# What is the side length of the smallest square containing $n$ dominoes with short side lengths $1,2,\dots,n$?

Erich Friedman has collected solutions and notes:

All of these are probably optimal, except for possibly n=20.

But by adding the domino areas, one gets:

$$A=\frac{20(20+1)(2\cdot20+1)}3=5740$$

So the side length must be at least $\lceil\sqrt A\rceil=76$, as given. Is it really that simple or have I misunderstood something?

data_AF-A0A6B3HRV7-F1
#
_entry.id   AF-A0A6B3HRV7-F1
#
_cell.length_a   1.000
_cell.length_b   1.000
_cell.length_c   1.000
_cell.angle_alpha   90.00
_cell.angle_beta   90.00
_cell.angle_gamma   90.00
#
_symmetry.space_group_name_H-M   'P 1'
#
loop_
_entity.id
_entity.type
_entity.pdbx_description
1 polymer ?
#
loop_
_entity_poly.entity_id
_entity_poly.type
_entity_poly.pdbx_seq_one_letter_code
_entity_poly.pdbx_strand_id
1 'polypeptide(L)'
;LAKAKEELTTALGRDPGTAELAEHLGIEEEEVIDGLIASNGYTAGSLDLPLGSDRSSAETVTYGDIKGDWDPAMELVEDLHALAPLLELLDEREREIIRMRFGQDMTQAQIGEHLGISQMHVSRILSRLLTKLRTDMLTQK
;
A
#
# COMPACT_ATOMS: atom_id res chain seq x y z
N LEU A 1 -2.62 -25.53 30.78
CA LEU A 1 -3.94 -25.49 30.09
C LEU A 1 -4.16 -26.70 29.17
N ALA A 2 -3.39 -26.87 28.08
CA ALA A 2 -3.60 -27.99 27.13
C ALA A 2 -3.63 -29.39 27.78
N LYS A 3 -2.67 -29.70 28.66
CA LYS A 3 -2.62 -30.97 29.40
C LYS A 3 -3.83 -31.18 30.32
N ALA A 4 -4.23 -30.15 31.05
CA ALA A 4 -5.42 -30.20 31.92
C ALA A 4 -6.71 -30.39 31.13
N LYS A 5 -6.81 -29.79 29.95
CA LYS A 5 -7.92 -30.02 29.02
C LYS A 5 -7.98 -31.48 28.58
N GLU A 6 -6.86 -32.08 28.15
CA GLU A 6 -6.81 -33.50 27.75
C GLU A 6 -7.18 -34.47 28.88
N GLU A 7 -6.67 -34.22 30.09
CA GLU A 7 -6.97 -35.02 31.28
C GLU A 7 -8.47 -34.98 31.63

What (better) lower and upper bound can be given for the general case of $n$ consecutive dominoes?

Edit: Ah, it does not say anywhere that the sides of the dominoes have to be parallel to a side of the square. So I have no proof that the solution is optimal. Got it.

## 1 Answer

what? There's a gap in the numbers (and there are clearly some white spaces in the drawing)

Prelude> sum [ 2*k^2 |k<-[1..20] ]
5740
Prelude> 76^2
5776


I fail to see why the problem is interesting.

I like much better the first part of Problem D5 in Croft/Falconer/Guy: Unsolved Problems in Geometry: pack rectangles $(1/n, 1/(n+1))$ into the unit square. (This can only work if there are no gaps, because the sum of the areas is 1.)